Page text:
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Vice presidents swap stories, experiences of being right-hand men

Former Vice President Walter Mondale and Vice President Joe Biden talked about their  experiences on the job. Desiree Halpern | Photo Editor
Former Vice President Walter Mondale and Vice President Joe Biden talked about their experiences on the job. Desiree Halpern | Photo Editor

Vice President Joe Biden helped to celebrate the legacy of a former vice president – and gave some tips to the next one – at an event on campus Tuesday morning.

Former Vice President Walter Mondale is an instructor at the University of Minnesota, which hosted several events in a series called “Walter Mondale: Living Legacy” this year. This event, held in the Jack Morton Auditorium, concluded the series.

University President Steven Knapp was joined by Eric Schwartz, the dean of the Humphrey School of Public Affairs at the University of Minnesota and Kathryn Newcomer, the director of the Trachtenberg School of Public Policy and Public Administration, to welcome about 200 attendees to the discussion between Biden and Mondale, which was moderated by Richard Moe, Mondale’s former chief of staff.

Here are three takeaways from the discussion:

1. Disagree privately, agree publicly

When President Barack Obama asked Biden to be his running mate, Biden said he declined at first. But Biden said his decision changed when Obama agreed to one condition.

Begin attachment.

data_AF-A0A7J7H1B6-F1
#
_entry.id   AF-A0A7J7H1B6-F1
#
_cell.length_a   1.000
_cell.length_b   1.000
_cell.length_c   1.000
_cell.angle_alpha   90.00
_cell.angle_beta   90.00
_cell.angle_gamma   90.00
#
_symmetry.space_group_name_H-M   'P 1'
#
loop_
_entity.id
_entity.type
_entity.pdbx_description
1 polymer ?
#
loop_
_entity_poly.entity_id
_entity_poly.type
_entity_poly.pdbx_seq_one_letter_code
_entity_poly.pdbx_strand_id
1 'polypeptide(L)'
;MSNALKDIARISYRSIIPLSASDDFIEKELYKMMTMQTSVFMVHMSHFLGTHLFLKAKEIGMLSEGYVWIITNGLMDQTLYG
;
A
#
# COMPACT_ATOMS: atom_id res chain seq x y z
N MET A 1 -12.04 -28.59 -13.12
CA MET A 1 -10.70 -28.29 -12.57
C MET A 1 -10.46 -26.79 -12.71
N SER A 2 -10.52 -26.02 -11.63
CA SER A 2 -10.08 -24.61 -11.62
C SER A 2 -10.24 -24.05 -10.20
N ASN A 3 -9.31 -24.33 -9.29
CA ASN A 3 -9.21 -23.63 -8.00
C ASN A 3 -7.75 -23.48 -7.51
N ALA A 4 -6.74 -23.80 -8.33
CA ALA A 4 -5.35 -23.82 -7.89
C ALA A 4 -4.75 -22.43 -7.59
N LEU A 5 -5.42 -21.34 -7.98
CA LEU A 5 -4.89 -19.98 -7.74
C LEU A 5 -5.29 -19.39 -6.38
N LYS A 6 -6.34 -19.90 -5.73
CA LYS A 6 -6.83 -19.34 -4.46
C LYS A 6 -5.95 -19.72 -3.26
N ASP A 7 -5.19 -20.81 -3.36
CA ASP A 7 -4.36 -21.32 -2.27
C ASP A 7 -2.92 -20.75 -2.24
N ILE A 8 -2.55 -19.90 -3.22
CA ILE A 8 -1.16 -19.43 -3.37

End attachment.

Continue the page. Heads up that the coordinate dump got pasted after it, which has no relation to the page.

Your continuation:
“I said, ‘I want to to be level with you and argue with you privately,'” Biden said. “‘I want to be the last person in the room on major issues.'”

Biden said arguments are “a healthy part of the relationship” between himself and Obama. He said they’ve had “very candid” conversations in the Oval Office, but part of their success as a team is their mutual respect for one another.

But at the end of a conversation, the pair always agrees on how the administration officially feels about an issue, Biden said.

2. Speak as one unit

Mondale and Biden agreed that it is the vice president’s job to be not only an adviser to the president, but to be his or her official voice in meetings.

That singular message, Biden said, is critical to the vice president’s capacity to speak for the president on Capitol Hill and in conversations with world leaders.

“I told President Carter, ‘they’ve got to believe they’re talking to you,'” Mondale said. “We’ve got a stake in making that point.”

Biden said the most difficult part of transitioning into his role as vice president was having a boss. He said as a lawyer and as a senator, he always spoke for himself.

“But I had to realize everything I said would be attributed to the President,” he said. “It really matters when people know you are speaking for the president and you have his full confidence.”

3. Location, location, location

Mondale was the first vice president to have an office in the West Wing. Biden said having an office adjacent to the president in the White House is key to their day-to-day operations.

Mondale and Carter were also the first team to eat lunch together once a week.

Biden said that precedent of proximity to the president helped to shape a standard for the strong ties he and Obama have.

“Depending on the season, I attend every meeting with the president,” he said. “And at least half of Barack’s staff are my former staff members.”

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